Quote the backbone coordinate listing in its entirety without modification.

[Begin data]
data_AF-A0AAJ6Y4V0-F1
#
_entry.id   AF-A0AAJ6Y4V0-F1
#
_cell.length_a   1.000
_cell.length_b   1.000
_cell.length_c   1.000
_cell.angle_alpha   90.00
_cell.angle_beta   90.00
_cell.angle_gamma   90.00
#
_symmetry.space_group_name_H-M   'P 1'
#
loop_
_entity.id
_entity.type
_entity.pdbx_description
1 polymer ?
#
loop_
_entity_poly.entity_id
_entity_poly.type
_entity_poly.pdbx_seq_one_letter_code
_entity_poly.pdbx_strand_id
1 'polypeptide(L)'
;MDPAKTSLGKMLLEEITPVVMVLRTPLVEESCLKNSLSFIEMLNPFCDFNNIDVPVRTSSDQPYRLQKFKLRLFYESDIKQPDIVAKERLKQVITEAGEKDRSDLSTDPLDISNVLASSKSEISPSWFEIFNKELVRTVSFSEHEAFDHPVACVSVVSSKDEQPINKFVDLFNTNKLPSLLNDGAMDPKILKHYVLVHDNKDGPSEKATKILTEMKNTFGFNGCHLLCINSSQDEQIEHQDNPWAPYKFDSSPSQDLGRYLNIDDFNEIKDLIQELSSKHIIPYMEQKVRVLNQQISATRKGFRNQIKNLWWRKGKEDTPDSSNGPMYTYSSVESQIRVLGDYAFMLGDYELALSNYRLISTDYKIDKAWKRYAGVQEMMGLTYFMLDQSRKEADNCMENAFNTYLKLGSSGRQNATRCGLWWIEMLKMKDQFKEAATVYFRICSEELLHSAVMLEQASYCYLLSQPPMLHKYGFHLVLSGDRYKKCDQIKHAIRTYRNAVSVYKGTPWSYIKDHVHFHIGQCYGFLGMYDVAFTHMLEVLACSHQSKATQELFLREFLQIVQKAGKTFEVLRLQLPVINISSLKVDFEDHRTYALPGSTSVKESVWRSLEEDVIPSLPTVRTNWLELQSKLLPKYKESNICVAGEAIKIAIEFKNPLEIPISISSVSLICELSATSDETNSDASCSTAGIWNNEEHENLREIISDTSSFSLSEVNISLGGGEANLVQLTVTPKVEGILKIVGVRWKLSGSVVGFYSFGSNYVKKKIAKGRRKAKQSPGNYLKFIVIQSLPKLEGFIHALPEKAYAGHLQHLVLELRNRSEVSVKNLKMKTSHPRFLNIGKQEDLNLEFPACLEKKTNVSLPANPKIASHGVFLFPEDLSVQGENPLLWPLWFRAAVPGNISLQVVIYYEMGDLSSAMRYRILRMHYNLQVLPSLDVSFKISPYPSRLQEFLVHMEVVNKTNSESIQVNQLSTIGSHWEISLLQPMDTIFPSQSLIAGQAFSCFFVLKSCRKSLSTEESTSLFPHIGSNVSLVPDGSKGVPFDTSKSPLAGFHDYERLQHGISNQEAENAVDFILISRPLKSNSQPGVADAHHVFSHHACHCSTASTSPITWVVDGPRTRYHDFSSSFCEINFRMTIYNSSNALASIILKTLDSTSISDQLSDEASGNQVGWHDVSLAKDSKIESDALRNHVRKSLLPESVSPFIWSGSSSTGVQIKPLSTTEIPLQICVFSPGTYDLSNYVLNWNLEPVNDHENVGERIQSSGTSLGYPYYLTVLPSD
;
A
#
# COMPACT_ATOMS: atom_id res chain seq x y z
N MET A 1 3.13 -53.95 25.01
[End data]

data_AF-A0AAJ6Y4V0-F1
#
_entry.id   AF-A0AAJ6Y4V0-F1
#
_cell.length_a   1.000
_cell.length_b   1.000
_cell.length_c   1.000
_cell.angle_alpha   90.00
_cell.angle_beta   90.00
_cell.angle_gamma   90.00
#
_symmetry.space_group_name_H-M   'P 1'
#
loop_
_entity.id
_entity.type
_entity.pdbx_description
1 polymer ?
#
loop_
_entity_poly.entity_id
_entity_poly.type
_entity_poly.pdbx_seq_one_letter_code
_entity_poly.pdbx_strand_id
1 'polypeptide(L)'
;MDPAKTSLGKMLLEEITPVVMVLRTPLVEESCLKNSLSFIEMLNPFCDFNNIDVPVRTSSDQPYRLQKFKLRLFYESDIKQPDIVAKERLKQVITEAGEKDRSDLSTDPLDISNVLASSKSEISPSWFEIFNKELVRTVSFSEHEAFDHPVACVSVVSSKDEQPINKFVDLFNTNKLPSLLNDGAMDPKILKHYVLVHDNKDGPSEKATKILTEMKNTFGFNGCHLLCINSSQDEQIEHQDNPWAPYKFDSSPSQDLGRYLNIDDFNEIKDLIQELSSKHIIPYMEQKVRVLNQQISATRKGFRNQIKNLWWRKGKEDTPDSSNGPMYTYSSVESQIRVLGDYAFMLGDYELALSNYRLISTDYKIDKAWKRYAGVQEMMGLTYFMLDQSRKEADNCMENAFNTYLKLGSSGRQNATRCGLWWIEMLKMKDQFKEAATVYFRICSEELLHSAVMLEQASYCYLLSQPPMLHKYGFHLVLSGDRYKKCDQIKHAIRTYRNAVSVYKGTPWSYIKDHVHFHIGQCYGFLGMYDVAFTHMLEVLACSHQSKATQELFLREFLQIVQKAGKTFEVLRLQLPVINISSLKVDFEDHRTYALPGSTSVKESVWRSLEEDVIPSLPTVRTNWLELQSKLLPKYKESNICVAGEAIKIAIEFKNPLEIPISISSVSLICELSATSDETNSDASCSTAGIWNNEEHENLREIISDTSSFSLSEVNISLGGGEANLVQLTVTPKVEGILKIVGVRWKLSGSVVGFYSFGSNYVKKKIAKGRRKAKQSPGNYLKFIVIQSLPKLEGFIHALPEKAYAGHLQHLVLELRNRSEVSVKNLKMKTSHPRFLNIGKQEDLNLEFPACLEKKTNVSLPANPKIASHGVFLFPEDLSVQGENPLLWPLWFRAAVPGNISLQVVIYYEMGDLSSAMRYRILRMHYNLQVLPSLDVSFKISPYPSRLQEFLVHMEVVNKTNSESIQVNQLSTIGSHWEISLLQPMDTIFPSQSLIAGQAFSCFFVLKSCRKSLSTEESTSLFPHIGSNVSLVPDGSKGVPFDTSKSPLAGFHDYERLQHGISNQEAENAVDFILISRPLKSNSQPGVADAHHVFSHHACHCSTASTSPITWVVDGPRTRYHDFSSSFCEINFRMTIYNSSNALASIILKTLDSTSISDQLSDEASGNQVGWHDVSLAKDSKIESDALRNHVRKSLLPESVSPFIWSGSSSTGVQIKPLSTTEIPLQICVFSPGTYDLSNYVLNWNLEPVNDHENVGERIQSSGTSLGYPYYLTVLPSD
;
A
#
# COMPACT_ATOMS: atom_id res chain seq x y z
N MET A 1 3.13 -53.95 25.01